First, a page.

The third Wheeldon work done at City Center was last year's novelty, "Fool's Paradise." Unlike "Polyphonia," which is consistently somber, or "Commedia," which is sunny throughout, "Fool's Paradise" begins with dancers emerging from gloom and ends with its cast of nine blissfully assembled into a triumphant tower of contorted flesh. Along the way there are a few Hallmark moments involving falling petals or something, but sentimentality is held at bay as the triumphant finale is extensively developed. Joby Talbot's thorough re-orchestration of Saint-Saens's "The Dying Swan" provides Wheeldon opportunities to create a sense of the conflict that can arise when, say, a pas de deux becomes a pas de trois or when partnering becomes sensational manipulation. His gift for devising intricate ensembles never deserts him. Along with Whelan, Hall, Danchig-Waring and Angle, the excellent cast included Celine Cassone, Maria Kowroski, Teresa Reichlen, Gonzalo Garcia and Edwaard Liang.

The other Morphoses choreographers availed themselves of fashionable cliches Wheeldon avoids. Molnar's instantly dated "Six Fold Illuminate" applied the twitchies of Tharp, Forsythe and Elo to some mercifully short Steve Reich minimalism for a chamber orchestra. "Shutters Shut," credited to "Lightfoot Leon" (actually the team of Paul Lightfoot and Sol Leon), was Dada redux, frenzied repetitions for the indefatigable Christine Thomassen and Andreas Heise matched to some recited echolalia by that verbal minimalist of yesteryear, Gertrude Stein.

The fusion pas de deux "One," an unscheduled replacement for "The Dream" Pas de Deux, entered the repertory so abruptly the Playbill contained no bio for either choreographer Annabelle Lopez Ochoa or composer Jacob Ter Vedhuis. From the way "One" looked and sounded, however, neither could be described as pioneers clearing new ground. The merits of slinky Complexions dancers Drew Jacoby and Rubinald Pronk -- a truly sexy guy despite that clunky Dickensian moniker -- were instantly obvious; but they spent much of their time demonstrating some truly awesome Forsythean extensions. Impressive, yes, but no substitute for choreography.


SF Ballet brings a Statue of Liberty to NYC

San Francisco Ballet brought along quite a load of ersatz dance on its return to New York. Its repertory included two Balanchine masterpieces, two early works by artistic director Helgi Tomasson and six of the 10 world premieres SFB presented last spring in its home theater to celebrate its 75th anniversary. As one would expect from a company headed by so scrupulous a classicist as Tomasson, whose cool precision at NYCB is still fondly remembered by veteran connoisseurs, the dancers were well-schooled and conscientious. (I could probably use more glowing adjectives, had I seen the first casts instead of the second; I missed, among others whom the reviewers hailed, Tina LeBlanc and Gennadi Nedvigin.) This dedicated company should not be faulted for dancing the welcome novelties of guest choreographers Wheeldon and Mark Morris with more verve, more dedication and, I suspect, more gratitude than they brought to the listless efforts of such inescapable house regulars as Tomasson, Val Caniparoli and Yuri Possokhov. ("Double Evil," the antsy work of Boston Ballet's resident choreographer, Jorma Elo, another guest contributor, held so few surprises from this hyper talent that I scrawled not one note in my Playbill; its being set to Phillip Glass was a further drain on surprise and satisfaction.)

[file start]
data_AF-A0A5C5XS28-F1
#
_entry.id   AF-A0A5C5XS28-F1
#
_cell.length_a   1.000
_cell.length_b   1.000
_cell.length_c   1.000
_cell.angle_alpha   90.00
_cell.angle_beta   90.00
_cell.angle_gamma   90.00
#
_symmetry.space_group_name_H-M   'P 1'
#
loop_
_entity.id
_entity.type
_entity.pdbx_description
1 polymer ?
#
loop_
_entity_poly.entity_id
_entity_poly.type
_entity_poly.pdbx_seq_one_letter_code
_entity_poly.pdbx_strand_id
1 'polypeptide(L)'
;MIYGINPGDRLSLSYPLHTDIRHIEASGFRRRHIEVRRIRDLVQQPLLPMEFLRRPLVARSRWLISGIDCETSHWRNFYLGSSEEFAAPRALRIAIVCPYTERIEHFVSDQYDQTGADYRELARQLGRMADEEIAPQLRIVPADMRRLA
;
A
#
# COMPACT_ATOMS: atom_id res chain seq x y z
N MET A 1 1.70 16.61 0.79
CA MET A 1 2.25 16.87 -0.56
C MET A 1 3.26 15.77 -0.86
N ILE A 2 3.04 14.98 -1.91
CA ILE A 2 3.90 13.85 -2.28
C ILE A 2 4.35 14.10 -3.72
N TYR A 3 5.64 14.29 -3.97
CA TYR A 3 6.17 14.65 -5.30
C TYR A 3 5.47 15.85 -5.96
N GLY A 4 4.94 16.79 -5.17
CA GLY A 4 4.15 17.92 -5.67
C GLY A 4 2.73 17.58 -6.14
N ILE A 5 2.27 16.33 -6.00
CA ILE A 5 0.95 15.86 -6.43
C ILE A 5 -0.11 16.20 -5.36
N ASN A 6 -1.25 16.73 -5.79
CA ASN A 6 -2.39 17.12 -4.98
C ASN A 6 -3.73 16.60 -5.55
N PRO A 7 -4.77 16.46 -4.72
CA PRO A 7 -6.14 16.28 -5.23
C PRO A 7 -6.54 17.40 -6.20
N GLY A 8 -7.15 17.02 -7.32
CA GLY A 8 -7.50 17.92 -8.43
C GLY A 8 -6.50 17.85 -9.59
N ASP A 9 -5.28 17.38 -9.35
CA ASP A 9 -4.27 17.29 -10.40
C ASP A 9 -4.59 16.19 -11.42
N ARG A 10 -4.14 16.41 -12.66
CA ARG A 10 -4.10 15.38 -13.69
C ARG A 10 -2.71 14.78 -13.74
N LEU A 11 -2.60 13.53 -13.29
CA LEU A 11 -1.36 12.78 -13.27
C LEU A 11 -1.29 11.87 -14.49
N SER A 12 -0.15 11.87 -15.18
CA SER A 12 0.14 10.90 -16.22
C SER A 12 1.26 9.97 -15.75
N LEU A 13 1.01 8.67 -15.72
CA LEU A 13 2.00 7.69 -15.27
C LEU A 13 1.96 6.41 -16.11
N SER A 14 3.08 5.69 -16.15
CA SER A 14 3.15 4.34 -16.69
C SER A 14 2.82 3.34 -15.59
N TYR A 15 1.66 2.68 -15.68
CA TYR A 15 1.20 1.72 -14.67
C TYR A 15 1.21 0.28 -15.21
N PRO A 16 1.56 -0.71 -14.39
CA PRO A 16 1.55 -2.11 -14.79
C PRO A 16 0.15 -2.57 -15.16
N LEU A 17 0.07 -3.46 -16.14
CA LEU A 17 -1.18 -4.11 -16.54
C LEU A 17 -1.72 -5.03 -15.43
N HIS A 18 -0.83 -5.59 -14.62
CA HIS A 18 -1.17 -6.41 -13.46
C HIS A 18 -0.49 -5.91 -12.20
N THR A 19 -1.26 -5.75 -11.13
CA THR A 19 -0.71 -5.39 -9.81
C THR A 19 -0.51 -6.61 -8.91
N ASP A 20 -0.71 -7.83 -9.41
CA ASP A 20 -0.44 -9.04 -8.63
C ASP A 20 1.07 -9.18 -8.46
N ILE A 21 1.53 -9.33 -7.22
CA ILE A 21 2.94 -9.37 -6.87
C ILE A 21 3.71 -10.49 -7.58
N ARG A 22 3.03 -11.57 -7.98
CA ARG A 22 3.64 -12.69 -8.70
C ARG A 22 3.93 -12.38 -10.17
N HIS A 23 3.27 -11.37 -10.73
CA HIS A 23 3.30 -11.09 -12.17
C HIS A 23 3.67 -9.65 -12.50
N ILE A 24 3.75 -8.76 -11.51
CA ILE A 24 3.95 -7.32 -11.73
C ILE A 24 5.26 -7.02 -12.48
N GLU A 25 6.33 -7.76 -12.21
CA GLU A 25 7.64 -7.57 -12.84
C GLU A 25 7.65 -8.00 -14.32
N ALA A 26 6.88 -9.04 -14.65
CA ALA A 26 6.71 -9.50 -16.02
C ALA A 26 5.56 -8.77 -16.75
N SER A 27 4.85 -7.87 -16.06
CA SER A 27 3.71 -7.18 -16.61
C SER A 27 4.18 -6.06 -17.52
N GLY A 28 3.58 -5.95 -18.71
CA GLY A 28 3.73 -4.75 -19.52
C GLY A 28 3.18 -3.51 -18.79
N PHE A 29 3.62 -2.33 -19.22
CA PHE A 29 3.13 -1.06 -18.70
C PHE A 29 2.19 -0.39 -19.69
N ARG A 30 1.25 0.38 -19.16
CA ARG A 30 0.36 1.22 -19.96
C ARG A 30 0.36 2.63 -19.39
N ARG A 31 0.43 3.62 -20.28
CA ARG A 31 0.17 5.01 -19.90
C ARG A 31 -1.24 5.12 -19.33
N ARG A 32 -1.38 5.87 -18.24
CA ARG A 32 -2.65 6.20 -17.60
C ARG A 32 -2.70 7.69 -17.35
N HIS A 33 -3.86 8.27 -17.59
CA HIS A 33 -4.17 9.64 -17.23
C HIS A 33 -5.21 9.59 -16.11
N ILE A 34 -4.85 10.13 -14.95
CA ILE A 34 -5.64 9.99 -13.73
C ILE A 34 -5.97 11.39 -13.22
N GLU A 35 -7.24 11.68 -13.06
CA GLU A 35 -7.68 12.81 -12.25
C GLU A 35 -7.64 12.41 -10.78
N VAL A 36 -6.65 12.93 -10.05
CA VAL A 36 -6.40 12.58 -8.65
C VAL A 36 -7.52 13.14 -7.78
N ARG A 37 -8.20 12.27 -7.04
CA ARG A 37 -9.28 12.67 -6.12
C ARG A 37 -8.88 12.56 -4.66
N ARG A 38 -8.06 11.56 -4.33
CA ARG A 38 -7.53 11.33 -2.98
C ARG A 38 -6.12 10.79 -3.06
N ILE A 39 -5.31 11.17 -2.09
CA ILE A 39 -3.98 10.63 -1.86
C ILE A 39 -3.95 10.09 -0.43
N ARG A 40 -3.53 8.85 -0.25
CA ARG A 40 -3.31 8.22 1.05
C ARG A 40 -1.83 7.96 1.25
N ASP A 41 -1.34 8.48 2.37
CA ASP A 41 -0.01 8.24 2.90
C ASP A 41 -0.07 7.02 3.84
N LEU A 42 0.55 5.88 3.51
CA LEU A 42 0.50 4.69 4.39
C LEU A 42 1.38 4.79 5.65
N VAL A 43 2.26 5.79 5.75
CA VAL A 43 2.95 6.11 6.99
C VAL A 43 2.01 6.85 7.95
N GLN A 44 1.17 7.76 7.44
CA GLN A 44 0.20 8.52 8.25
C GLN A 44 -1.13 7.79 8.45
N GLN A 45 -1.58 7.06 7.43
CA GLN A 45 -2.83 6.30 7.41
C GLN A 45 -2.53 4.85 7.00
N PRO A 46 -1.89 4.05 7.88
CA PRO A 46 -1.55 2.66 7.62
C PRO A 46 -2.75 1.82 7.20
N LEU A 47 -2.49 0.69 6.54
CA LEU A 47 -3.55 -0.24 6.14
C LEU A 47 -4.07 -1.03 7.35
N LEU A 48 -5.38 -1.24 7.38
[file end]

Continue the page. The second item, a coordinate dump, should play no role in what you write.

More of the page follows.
The very look of City Center's stage was transformed by the sensibilities of Wheeldon and Morris. The former's "Within the Golden Hour," designed by Martin Pakledinaz and lighted by James F. Ingalls, didn't last anything like an hour but a burnished quality definitely prevailed. At times the dancers, their arms forming spiky patterns and their legs entwining, seemed to be caught in sunlight filtered through foliage. Composer Ezio Bosso somehow blended the music of his songs with a Vivaldi violin concerto into a compelling aural equivalent. (Trust Christopher Wheeldon to find such a worthy pastiche and put it to good use.) Possokhov, who also used a blend of composers in "Fusion," was content to have what looked like 11 old window shades dangle above the stage while his cast, some in glorious white and beige, worked very hard to little avail, through no fault of their own.

Thanks to Isaac Mizrahi's sleek, gleaming unitards and Ingalls's lighting, Morris's "Joyride" was another golden affair and a lively match for John Adams's refreshingly jaunty score, "Son of Chamber Symphony." (Trust Mark Morris to find a witty minimalist composition with a jazzy lilt.) Not every high-spirited inspiration remained aloft. Mizrahi's attaching electronically activated numbers to the chest of his costumes deflated fast. Morris also recycled some airy heartiness too often, but it took a real pro to make eight dancers seem to fill a stage so often.

In contrast, Caniparoli's "Ibsen's House" was a stupefying provincial mismatch. Dvorak's sunny Piano Quartet in A Major couldn't have been a more unsuitable choice to capture the chilly Northern angst of five Ibsen plays, each encapsulated as a pas de deux. One example is all you're going to get: For "Ghosts," Dana Genshaft, in severest black as Mrs. Alving, stands behind Garen Scribner as her son, Oswald as he begins to succumb to tertiary syphilis, a tragic condition that causes the victim to run his hands back and forth across his chest like he's searching for his wallet. There were strenuous solos for the ten dancers. The setting consisted of a huge window. Every so often a woman strolled through, carrying a parasol to protect her from the burning Norwegian sun. But it could have been worse: Had Caniparoli added "The Wild Duck," we would have had a child dancer to contend with.